- Priest Answer: Be careful not to confuse heaven with utopia. The church doesn’t support the notion of utopia i.e. an ideally perfect place, especially in its social, political, and moral aspects. Where citizens are all equal and live in the same simple existence. Communist societies were created due to the vision of utopia. This can lead to anarchy and protests as human nature is flawed so the notion of a perfect world (one defined without God) is flawed. So going back to Christ’s teachings we should focus on having a personal individual responsibility towards society. This is acting out on Christ’s’ definition of love.
How would you treat people if you saw each person as created in the image of God and possessing an immortal soul? What would change in your everyday life if you had that attitude?
- Seeing others as an image of Christ would increase our love and concern for them as brothers and sisters of Christ. It would also reduce our fear of others being ‘out to get us’ in the Nigerian context.
- The poor and most vulnerable would not just be seen as another “Social ill” but real people whom God loves and whose dignity deserves out love, care and personal concern. This means we would be less inclined to run away from beggars or those in need eg. Mentally challenged or the incarcerated.
- Our awareness of the needs of others around us would increase, therefore reducing our selfish nature and developing a greater capacity to love. We would be more willing to help the poor and the most vulnerable around us through acts of charity.
- We would be called to a deeper sense of responsibility for the needs of those around us and actively participate in public programs and civil action to ensure their needs are being met and their dignity is protected.
How are we to give and who are we to give it to? Seeing beggars on the street and not giving them, is that bad? Then what is the amount of tithe to give to church?
- In terms of giving, one can never give too much. i.e You can never do wrong by being charitable. So methods of charity are not cast in stone. You can work out what works for you and do that whether that is tithe giving, feeding the poor, beggars etc. What is important is one’s disposition, as long as it is all dedicated to God. Be humble enough to accept that God has heard your petition/prayer and don’t worry about whether your efforts are in vain or whether the money you give isn’t going to the right place, because God sees your heart and will bless you for it according to the intentions of your giving. Also, it is important to note that acts of charity cancels out a multitude of sins.
- Tithe giving to the Catholic Church is not compulsory as Father Anthony explained:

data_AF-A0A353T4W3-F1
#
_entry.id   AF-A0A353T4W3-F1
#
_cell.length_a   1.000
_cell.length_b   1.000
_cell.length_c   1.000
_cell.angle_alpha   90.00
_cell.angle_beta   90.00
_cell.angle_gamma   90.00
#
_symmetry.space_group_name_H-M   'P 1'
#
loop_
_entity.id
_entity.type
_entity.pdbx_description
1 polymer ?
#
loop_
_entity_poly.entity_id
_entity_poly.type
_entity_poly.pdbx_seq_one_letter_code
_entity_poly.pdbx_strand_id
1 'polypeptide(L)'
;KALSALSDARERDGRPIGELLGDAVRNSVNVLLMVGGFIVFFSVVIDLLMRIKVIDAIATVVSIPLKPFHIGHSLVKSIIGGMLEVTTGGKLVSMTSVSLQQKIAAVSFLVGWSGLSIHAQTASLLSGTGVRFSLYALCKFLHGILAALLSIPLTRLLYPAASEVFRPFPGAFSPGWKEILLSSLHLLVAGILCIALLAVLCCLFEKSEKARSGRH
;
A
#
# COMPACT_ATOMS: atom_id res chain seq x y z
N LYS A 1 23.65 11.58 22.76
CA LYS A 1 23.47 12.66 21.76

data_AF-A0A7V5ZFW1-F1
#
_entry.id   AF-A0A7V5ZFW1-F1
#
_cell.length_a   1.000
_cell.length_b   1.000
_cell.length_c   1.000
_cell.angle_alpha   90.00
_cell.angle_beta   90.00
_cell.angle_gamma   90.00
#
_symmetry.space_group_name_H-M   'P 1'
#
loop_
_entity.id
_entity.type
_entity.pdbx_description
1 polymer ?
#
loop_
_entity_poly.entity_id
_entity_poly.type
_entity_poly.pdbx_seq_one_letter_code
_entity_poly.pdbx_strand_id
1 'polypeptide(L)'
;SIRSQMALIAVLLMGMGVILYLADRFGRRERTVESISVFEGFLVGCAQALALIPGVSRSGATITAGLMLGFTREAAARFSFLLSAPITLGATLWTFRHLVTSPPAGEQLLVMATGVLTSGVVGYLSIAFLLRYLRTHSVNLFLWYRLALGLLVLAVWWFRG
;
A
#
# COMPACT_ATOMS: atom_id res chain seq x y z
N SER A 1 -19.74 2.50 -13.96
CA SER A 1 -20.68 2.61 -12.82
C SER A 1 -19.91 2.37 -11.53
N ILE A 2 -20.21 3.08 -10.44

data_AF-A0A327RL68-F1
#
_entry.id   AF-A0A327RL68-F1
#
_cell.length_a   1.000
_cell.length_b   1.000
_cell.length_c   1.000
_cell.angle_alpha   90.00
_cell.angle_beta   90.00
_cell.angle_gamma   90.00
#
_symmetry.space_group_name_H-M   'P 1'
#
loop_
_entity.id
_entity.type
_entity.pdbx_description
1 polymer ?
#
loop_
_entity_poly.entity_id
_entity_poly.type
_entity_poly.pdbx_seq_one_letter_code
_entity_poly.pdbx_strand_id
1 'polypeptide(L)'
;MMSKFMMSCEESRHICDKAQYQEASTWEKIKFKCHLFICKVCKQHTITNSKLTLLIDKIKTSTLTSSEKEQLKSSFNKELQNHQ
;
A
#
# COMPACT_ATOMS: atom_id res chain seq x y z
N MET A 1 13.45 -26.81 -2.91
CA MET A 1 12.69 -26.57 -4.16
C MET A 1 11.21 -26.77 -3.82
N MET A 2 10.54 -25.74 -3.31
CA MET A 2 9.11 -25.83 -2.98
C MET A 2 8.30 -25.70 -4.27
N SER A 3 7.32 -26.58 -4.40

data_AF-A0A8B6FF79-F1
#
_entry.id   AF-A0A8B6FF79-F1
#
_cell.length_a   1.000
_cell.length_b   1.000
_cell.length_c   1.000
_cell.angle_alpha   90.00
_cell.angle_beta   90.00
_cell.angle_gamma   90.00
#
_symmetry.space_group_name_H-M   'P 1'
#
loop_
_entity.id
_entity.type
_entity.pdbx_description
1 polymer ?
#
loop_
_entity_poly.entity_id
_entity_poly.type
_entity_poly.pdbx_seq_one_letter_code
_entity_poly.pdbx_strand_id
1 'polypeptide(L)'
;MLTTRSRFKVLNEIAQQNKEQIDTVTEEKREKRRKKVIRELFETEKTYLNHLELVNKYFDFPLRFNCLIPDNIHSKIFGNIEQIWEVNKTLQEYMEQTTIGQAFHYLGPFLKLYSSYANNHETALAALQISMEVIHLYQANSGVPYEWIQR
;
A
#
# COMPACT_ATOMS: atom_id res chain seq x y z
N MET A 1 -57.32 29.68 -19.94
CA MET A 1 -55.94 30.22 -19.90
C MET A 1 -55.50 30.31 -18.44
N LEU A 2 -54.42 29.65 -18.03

- Although the Church teaches that offering some form of material support to the Church is obligatory for all Catholic adults who are able to do so, it doesn’t specify what percent of one’s income should be given. Remember, tithing was an Old Testament obligation that was incumbent on the Jews under the Law of Moses. Christians are dispensed from the obligation of tithing ten percent of their incomes, but not from the obligation to help the Church. To paraphrase: God doesn’t demand a fixed amount of money from us; he wants us to give from the heart. If people are forced by their church to give a certain percent of their income, that’s extortion. If they give freely and cheerfully the amount they are able, that’s a gift.
- He also pointed out that if you do decide to pay tithe, accept that you are not in control of what the tithe is used for. As you give, you are putting your trust in God that he knows what’s best for it and trust in that. In other words, “You don’t determine what you want God to do with your tithe.“ Pay your tithe to where you receive spiritual nourishment i.e. if you receive spiritual nourishment at Church of the Assumption in Falomo, you shouldn’t be paying tithe at Divine mercy.
We concluded that the definition of “giving” is not just limited to finances. One can give their time, love, efforts, talents, prayers etc. To expand on our definition we must:
- Look deeply at the theological virtue of Charity and readings in the bible that help us to understand what Charity is.
- Put into prayer for God to grant the graces for us to be Charitable in our daily lives.
- Practice regularly being charitable i.e. loving our neighbours
- Meditate/study particularly charitable saints such as Mother Theresa and St. Vincent de Paul.
- Also spend time reflecting on the points in the photo below: